Dylan Cease opens up on trade rumors, tanking in MLB: 'Would be nice if more teams tried'

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It’s a good thing Dylan Cease is a forgiving guy.

The Chicago White Sox ace returned to “Flippin’ Bats” this week for another conversation with me — despite what could have been some bad blood. Cease finished as the runner-up in the 2022 American League Cy Young race to none other than Justin Verlander.

“If you weren’t such a nice guy, I would boycott the show because of what your brother did to me in ’22,” Cease joked.

Cease joined me from Arizona, where he had just arrived to report to the White Sox’s spring training following an offseason full of intense trade rumors as Chicago seems destined for another rebuild.

But Cease said he had a “great” offseason, not only because he feels good physically but because of how he handled the speculation, which was impossible for him to tune out completely.

“It’s inevitable that friends or family or whoever is going to be saying stuff or sending you stuff,” Cease said. “Being involved in it, I did want to know, like, ‘Hey, what are the rumors?’ For me, I wouldn’t really say it was a negative in any way. It was more kind of just intriguing.”

Cease was connected to multiple contending teams in need of a frontline starter during the offseason, including the Atlanta Braves, Los Angeles Dodgers and — most heavily — the Baltimore Orioles.

Cease said both his agent and White Sox general manager Chris Getz kept him filled in on things throughout the winter, with Getz saying there was “less than 50% chance” of a trade coming together before spring training but vowing to let Cease know if a deal appeared imminent. That call never came, though Cease knows a swap could still materialize in an instant if a team decides to really pursue him.

“But at the end of the day, I really just want to perform,” Cease said. “I kept my focus on getting ready for the season, getting everything built up. And that was almost just a little bit of background noise. I definitely saw it and paid attention. But at the end of the day, I wasn’t losing sleep over it by any means.

“I kind of just kept an open mind to it and viewed it as more of a win-win because either way, I either get to come back here where I’ve got a lot of good relationships and I love the city of Chicago, so I was going to enjoy my time here, or I would go somewhere new and experience something new and start something fresh.”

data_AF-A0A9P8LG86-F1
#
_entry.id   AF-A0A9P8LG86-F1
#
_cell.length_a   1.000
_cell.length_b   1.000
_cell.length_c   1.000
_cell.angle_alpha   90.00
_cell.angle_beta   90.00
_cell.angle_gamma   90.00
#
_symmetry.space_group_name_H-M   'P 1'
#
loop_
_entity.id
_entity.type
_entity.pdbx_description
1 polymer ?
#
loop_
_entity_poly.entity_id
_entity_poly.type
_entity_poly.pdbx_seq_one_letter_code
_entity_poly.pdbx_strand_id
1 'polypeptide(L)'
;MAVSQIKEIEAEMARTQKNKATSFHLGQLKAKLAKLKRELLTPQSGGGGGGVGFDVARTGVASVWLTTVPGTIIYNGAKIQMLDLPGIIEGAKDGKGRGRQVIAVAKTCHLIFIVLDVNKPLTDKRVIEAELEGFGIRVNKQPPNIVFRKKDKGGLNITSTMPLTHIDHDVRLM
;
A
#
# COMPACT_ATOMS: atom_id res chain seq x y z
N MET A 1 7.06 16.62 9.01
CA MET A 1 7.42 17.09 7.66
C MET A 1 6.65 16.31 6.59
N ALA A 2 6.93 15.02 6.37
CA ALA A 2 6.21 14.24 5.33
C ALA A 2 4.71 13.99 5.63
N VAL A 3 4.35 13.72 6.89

White Sox’s Dylan Cease on being part of offseason trade rumors

Cease is also optimistic that the 2024 White Sox can turn the page on a rough 2023 for the team, saying he’s pleased with the amount of “high-energy, high-effort” guys that the White Sox have in addition to their talent, and that the team feels confident heading into the season. He’s less enthused about the pitch clock, saying while he appreciates its affect on shortening the pace and heightening the excitement and appeal of games, he still gets annoyed by it as a pitcher.

“If you’re not on the same page as your catcher, you really don’t have a lot of time to sit there and shake [off pitch calls],” Cease said. “It’s got some downsides in that regard, but I do think the pace of play is probably worth it. … I think that’s probably better for viewership. Last season, it felt like we had the most fan turnout that I’ve been a part of, just around the league. So, if it’s good, I’m good with it.”

But while the pitch clock can stay, I asked Cease if there was one major change he would implement in the game of baseball if he were in charge, and I found his answer enlightening.

“It would be nice if more teams tried,” Cease said. “I think that would be the biggest thing. Obviously, everyone’s trying, but there are the ones that go all in every year and they really do it, and there’s the ones that don’t. I think the product would be better if as a collective, everyone was putting in their [best effort], and I know that’s maybe unrealistic, but if there wasn’t such a thing as these multiyear rebuilds, it’d be nice.”

Cease discusses changes he wants to see in MLB

I completely agree. The Orioles have often come under criticism for their lack of spending under their previous ownership group, the Angelos family, which just sold the team to a group of investors led by David Rubenstein. The Angelos’ approach to the team stood in stark contrast at times to that of a guy like Steve Cohen who, while he is the wealthiest owner in the league, has a professed love for baseball and his New York Mets, and has sunk hundreds of millions of dollars into trying to turn the Mets back into a winner. 

I think Major League Baseball needs more people running teams that truly love the sport of baseball. As Cease pointed out, that investment can pay huge financial dividends with fan excitement and playoff ticket sales — which can then be reinvested back into improving the team, like what the Arizona Diamondbacks did this past winter. Competitiveness is a good thing for everyone — the teams and the fans. Like Cease, I hope we see more of it in 2024.

Ben Verlander is an MLB Analyst for FOX Sports and the host of the “Flippin’ Bats” podcast. Born and raised in Richmond, Virginia, Verlander was an All-American at Old Dominion University before he joined his brother, Justin, in Detroit as a 14th-round pick of the Tigers in 2013. He spent five years in the Tigers organization. Follow him on Twitter @BenVerlander.

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